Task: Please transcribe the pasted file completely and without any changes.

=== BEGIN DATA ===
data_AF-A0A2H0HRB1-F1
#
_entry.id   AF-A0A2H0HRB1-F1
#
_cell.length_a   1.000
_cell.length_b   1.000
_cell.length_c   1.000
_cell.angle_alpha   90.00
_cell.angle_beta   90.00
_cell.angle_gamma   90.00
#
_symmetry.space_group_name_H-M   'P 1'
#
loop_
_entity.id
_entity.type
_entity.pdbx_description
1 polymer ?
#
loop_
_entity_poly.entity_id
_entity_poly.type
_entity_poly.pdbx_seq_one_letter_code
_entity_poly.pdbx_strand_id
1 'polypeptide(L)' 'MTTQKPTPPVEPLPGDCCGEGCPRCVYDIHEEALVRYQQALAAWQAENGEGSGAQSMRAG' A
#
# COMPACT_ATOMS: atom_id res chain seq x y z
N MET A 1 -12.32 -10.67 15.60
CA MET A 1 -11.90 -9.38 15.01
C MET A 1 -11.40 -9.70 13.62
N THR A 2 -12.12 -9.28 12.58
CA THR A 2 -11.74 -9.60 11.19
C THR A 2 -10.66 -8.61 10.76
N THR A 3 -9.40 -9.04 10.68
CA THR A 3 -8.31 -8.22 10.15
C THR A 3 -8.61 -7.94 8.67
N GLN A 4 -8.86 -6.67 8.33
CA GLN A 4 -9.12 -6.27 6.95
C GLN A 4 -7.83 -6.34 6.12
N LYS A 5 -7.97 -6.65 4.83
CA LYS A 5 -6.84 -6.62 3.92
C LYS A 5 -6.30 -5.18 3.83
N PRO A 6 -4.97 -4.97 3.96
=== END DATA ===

data_AF-A0A2H0HRB1-F1
#
_entry.id   AF-A0A2H0HRB1-F1
#
_cell.length_a   1.000
_cell.length_b   1.000
_cell.length_c   1.000
_cell.angle_alpha   90.00
_cell.angle_beta   90.00
_cell.angle_gamma   90.00
#
_symmetry.space_group_name_H-M   'P 1'
#
loop_
_entity.id
_entity.type
_entity.pdbx_description
1 polymer ?
#
loop_
_entity_poly.entity_id
_entity_poly.type
_entity_poly.pdbx_seq_one_letter_code
_entity_poly.pdbx_strand_id
1 'polypeptide(L)' 'MTTQKPTPPVEPLPGDCCGEGCPRCVYDIHEEALVRYQQALAAWQAENGEGSGAQSMRAG' A
#
# COMPACT_ATOMS: atom_id res chain seq x y z
N MET A 1 -12.32 -10.67 15.60
CA MET A 1 -11.90 -9.38 15.01
C MET A 1 -11.40 -9.70 13.62
N THR A 2 -12.12 -9.28 12.58
CA THR A 2 -11.74 -9.60 11.19
C THR A 2 -10.66 -8.61 10.76
N THR A 3 -9.40 -9.04 10.68
CA THR A 3 -8.31 -8.22 10.15
C THR A 3 -8.61 -7.94 8.67
N GLN A 4 -8.86 -6.67 8.33
CA GLN A 4 -9.12 -6.27 6.95
C GLN A 4 -7.83 -6.34 6.12
N LYS A 5 -7.97 -6.65 4.83
CA LYS A 5 -6.84 -6.62 3.92
C LYS A 5 -6.30 -5.18 3.83
N PRO A 6 -4.97 -4.97 3.96